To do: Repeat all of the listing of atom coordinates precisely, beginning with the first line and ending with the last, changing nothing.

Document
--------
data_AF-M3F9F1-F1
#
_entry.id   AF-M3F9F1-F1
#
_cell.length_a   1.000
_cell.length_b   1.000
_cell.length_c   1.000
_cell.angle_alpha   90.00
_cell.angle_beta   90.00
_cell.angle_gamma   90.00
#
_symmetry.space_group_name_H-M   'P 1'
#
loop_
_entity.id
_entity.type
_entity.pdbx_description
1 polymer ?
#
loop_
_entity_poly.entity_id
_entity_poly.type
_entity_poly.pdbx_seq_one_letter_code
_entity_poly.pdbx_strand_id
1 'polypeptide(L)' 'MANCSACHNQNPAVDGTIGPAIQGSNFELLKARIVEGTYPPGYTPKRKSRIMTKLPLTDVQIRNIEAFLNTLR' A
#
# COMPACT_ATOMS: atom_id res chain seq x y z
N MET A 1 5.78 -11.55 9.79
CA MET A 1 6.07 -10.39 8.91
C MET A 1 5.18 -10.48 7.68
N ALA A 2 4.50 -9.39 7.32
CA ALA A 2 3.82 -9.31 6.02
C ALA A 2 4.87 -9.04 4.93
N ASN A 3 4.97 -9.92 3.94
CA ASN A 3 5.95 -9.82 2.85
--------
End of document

data_AF-M3F9F1-F1
#
_entry.id   AF-M3F9F1-F1
#
_cell.length_a   1.000
_cell.length_b   1.000
_cell.length_c   1.000
_cell.angle_alpha   90.00
_cell.angle_beta   90.00
_cell.angle_gamma   90.00
#
_symmetry.space_group_name_H-M   'P 1'
#
loop_
_entity.id
_entity.type
_entity.pdbx_description
1 polymer ?
#
loop_
_entity_poly.entity_id
_entity_poly.type
_entity_poly.pdbx_seq_one_letter_code
_entity_poly.pdbx_strand_id
1 'polypeptide(L)' 'MANCSACHNQNPAVDGTIGPAIQGSNFELLKARIVEGTYPPGYTPKRKSRIMTKLPLTDVQIRNIEAFLNTLR' A
#
# COMPACT_ATOMS: atom_id res chain seq x y z
N MET A 1 5.78 -11.55 9.79
CA MET A 1 6.07 -10.39 8.91
C MET A 1 5.18 -10.48 7.68
N ALA A 2 4.50 -9.39 7.32
CA ALA A 2 3.82 -9.31 6.02
C ALA A 2 4.87 -9.04 4.93
N ASN A 3 4.97 -9.92 3.94
CA ASN A 3 5.95 -9.82 2.85